8. Beneficial effects of concomitant neuronal and inducible nitric oxide synthase inhibition in ovine burn and inhalation injury.

    PubMed

    Lange, Matthias; Hamahata, Atsumori; Enkhbaatar, Perenlei; Cox, Robert A; Nakano, Yoshimitsu; Westphal, Martin; Traber, Lillian D; Herndon, David N; Traber, Daniel L

    2011-06-01

    Different isoforms of nitric oxide (NO) synthase are critically involved in the development of pulmonary failure secondary to acute lung injury. Here we tested the hypothesis that simultaneous blockade of inducible and neuronal NO synthase effectively prevents the pulmonary lesions in an ovine model of acute respiratory distress syndrome induced by combined burn and smoke inhalation injury. Chronically instrumented sheep were allocated to a sham-injured group (n = 6), an injured and untreated group (n = 6), or an injured group treated with simultaneous infusion of selective inducible and neuronal NO synthase inhibitors (n = 5). The injury was induced by 48 breaths of cotton smoke and a third-degree burn of 40% total body surface area. All sheep were mechanically ventilated and fluid resuscitated. The injury induced severe pulmonary dysfunction as indicated by decreases in PaO2/FiO2 ratio and increases in pulmonary shunt fraction, ventilatory pressures, lung lymph flow, and lung wet/dry weight ratio. The treatment fully prevented the elevations in lymph and plasma nitrate/nitrite levels, pulmonary shunting, ventilatory pressures, lung lymph flow, and wet/dry weight ratio and significantly attenuated the decline in PaO2/FiO2 ratio. In conclusion, simultaneous blockade of inducible and neuronal NO synthase exerts beneficial pulmonary effects in an ovine model of acute respiratory distress syndrome secondary to combined burn and smoke inhalation injury. This novel treatment strategy may represent a useful therapeutic adjunct for patients with these injuries. PMID:21263377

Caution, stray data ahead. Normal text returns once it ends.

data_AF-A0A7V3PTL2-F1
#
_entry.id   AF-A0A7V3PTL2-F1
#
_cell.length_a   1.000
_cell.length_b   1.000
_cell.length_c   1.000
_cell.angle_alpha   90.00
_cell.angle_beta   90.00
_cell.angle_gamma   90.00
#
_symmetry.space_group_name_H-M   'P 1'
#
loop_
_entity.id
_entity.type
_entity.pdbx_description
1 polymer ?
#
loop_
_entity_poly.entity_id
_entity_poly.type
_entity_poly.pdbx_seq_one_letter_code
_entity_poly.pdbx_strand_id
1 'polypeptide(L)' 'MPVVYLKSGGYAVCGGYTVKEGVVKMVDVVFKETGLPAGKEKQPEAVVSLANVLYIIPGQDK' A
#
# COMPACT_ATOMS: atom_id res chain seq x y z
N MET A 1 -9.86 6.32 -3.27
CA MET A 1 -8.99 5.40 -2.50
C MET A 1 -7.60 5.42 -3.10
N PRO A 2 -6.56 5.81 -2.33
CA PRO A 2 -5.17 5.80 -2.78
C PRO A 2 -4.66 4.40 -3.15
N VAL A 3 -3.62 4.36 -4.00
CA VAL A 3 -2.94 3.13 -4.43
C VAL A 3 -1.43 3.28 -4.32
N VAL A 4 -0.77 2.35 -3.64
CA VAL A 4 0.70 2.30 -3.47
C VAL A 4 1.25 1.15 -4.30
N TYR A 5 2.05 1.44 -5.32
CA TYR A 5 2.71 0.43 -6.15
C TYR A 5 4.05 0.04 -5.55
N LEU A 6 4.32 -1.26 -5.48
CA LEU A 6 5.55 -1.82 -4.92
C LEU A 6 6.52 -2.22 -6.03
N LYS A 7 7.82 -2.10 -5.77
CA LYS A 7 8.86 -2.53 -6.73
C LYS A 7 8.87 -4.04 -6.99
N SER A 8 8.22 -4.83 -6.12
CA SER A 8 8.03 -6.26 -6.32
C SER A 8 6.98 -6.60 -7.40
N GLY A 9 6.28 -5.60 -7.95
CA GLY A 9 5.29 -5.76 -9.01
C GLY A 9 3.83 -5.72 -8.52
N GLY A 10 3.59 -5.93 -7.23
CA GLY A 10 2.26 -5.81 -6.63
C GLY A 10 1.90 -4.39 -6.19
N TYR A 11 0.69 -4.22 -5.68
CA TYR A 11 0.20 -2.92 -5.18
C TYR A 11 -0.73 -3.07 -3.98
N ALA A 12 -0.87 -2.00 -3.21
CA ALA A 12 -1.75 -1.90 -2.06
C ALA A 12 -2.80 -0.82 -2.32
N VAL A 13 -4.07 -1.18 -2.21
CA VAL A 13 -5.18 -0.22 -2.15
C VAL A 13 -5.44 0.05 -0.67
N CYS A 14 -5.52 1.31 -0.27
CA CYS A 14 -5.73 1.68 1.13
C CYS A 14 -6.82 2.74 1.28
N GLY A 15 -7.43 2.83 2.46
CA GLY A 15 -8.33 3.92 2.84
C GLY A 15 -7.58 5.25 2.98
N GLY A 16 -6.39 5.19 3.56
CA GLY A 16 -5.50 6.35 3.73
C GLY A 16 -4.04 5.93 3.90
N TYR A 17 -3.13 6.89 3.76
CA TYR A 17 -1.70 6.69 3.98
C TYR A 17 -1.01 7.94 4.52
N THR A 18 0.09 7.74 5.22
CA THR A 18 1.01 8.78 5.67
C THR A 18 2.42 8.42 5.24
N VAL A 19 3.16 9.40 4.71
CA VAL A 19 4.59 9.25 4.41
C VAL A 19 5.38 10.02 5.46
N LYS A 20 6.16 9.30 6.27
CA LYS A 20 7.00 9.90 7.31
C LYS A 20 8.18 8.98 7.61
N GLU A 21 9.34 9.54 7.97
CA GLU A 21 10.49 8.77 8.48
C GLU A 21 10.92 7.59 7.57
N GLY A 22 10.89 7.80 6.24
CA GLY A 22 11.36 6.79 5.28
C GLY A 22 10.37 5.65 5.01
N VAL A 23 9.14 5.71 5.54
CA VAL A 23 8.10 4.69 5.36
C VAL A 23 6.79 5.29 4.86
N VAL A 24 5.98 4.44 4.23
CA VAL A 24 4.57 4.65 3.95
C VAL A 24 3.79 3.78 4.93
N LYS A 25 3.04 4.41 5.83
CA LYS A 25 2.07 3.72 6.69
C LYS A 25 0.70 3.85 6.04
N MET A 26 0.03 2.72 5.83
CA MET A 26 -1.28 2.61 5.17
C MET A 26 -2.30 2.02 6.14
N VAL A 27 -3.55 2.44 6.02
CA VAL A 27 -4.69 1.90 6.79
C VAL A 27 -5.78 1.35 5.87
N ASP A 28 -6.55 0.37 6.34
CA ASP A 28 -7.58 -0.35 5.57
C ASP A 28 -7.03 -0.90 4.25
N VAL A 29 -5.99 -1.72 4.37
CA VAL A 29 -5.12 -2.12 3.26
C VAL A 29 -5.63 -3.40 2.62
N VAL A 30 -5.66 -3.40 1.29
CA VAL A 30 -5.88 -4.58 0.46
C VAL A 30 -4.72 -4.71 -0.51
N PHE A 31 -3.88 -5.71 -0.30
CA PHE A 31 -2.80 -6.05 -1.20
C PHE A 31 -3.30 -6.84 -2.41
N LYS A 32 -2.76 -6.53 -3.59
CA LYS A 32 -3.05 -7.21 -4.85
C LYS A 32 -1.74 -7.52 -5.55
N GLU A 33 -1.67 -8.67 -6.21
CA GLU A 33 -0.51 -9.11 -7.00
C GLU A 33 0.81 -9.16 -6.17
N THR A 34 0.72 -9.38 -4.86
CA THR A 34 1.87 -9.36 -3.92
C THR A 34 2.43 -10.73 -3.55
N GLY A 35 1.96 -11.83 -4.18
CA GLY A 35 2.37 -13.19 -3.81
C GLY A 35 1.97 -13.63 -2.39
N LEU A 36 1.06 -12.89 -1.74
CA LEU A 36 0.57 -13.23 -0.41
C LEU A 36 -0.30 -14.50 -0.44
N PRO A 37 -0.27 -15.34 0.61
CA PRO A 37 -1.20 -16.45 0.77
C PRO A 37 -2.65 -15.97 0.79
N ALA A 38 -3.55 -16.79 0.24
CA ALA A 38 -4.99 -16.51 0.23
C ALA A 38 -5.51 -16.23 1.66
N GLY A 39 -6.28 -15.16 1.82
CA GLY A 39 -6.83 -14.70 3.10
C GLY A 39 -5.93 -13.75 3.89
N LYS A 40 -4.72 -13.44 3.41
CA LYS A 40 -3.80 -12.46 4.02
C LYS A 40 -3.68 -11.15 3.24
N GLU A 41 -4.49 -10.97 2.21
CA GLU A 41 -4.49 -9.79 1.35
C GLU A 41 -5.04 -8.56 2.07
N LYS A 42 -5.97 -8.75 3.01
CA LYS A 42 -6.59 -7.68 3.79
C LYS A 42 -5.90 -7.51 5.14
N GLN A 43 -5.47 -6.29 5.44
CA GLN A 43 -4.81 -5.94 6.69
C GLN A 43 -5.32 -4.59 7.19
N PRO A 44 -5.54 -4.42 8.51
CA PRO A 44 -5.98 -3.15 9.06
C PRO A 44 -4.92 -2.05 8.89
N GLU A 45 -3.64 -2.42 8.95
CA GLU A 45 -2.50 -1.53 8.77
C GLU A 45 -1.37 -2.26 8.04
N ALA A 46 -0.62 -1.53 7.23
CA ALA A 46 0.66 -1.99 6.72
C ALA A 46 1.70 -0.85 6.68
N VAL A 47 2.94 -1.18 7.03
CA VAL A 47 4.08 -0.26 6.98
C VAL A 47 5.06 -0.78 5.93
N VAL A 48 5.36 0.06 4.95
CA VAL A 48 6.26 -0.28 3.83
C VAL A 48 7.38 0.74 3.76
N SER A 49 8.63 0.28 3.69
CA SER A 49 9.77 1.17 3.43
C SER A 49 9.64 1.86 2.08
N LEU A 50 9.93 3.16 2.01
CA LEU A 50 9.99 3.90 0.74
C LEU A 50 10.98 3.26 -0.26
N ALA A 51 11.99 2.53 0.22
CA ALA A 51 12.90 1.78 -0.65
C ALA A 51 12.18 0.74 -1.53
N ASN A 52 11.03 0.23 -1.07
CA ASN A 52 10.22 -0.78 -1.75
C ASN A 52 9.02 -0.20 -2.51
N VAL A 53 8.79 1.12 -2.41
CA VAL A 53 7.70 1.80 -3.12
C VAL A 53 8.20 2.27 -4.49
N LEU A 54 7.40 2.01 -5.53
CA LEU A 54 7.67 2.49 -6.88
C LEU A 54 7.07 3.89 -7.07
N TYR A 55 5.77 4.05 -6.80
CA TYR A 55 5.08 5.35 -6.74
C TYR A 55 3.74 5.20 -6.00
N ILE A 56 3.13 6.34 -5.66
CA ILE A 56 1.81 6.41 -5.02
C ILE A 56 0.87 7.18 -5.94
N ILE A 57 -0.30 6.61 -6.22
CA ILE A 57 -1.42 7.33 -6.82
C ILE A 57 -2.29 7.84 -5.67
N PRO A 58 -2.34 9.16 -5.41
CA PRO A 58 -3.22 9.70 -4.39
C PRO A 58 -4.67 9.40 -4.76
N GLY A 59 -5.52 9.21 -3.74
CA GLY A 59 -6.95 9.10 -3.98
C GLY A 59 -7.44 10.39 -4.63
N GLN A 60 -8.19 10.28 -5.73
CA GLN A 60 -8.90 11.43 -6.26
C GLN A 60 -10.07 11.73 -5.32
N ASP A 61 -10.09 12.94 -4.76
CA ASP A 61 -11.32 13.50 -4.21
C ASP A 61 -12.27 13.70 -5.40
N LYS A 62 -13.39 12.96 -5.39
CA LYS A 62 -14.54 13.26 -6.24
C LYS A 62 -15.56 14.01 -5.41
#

9. GM-CSF provides autocrine protection for murine alveolar epithelial cells from oxidant-induced mitochondrial injury.

    PubMed

    Sturrock, Anne; Seedahmed, Elfateh; Mir-Kasimov, Mustafa; Boltax, Jonathan; McManus, Michael L; Paine, Robert

    2012-02-01

    Exposure of mice to hyperoxia induces alveolar epithelial cell (AEC) injury, acute lung injury and death. Overexpression of granulocyte-macrophage colony-stimulating factor (GM-CSF) in the lung protects against these effects, although the mechanisms are not yet clear. Hyperoxia induces cellular injury via effects on mitochondrial integrity, associated with induction of proapoptotic members of the Bcl-2 family. We hypothesized that GM-CSF protects AEC through effects on mitochondrial integrity. MLE-12 cells (a murine type II cell line) and primary murine type II AEC were subjected to oxidative stress by exposure to 80% oxygen and by exposure to H(2)O(2). Exposure to H(2)O(2) induced cytochrome c release and decreased mitochondrial reductase activity in MLE-12 cells. Incubation with GM-CSF significantly attenuated these effects. Protection induced by GM-CSF was associated with Akt activation. GM-CSF treatment also resulted in increased expression of the antiapoptotic Bcl-2 family member, Mcl-1. Primary murine AEC were significantly more tolerant of oxidative stress than MLE-12 cells. In contrast to MLE-12 cells, primary AEC expressed significant GM-CSF at baseline and demonstrated constitutive activation of Akt and increased baseline expression of Mcl-1. Treatment with exogenous GM-CSF further increased Akt activation and Mcl-1 expression in primary AEC. Conversely, suppression of AEC GM-CSF expression by use of GM-CSF-specific small interfering RNA resulted in decreased tolerance of oxidative stress, Furthermore, silencing of Mcl-1 prevented GM-CSF-induced protection. We conclude that GM-CSF protects alveolar epithelial cells against oxidative stress-induced mitochondrial injury via the Akt pathway and its downstream components, including Mcl-1. Epithelial cell-derived GM-CSF may contribute to intrinsic defense mechanisms limiting lung injury. PMID:22140071

  10. Nitric oxide synthase protects the heart against ischemia-reperfusion injury in rabbits.

    PubMed

    Hoshida, S; Yamashita, N; Igarashi, J; Nishida, M; Hori, M; Kamada, T; Kuzuya, T; Tada, M

    1995-07-01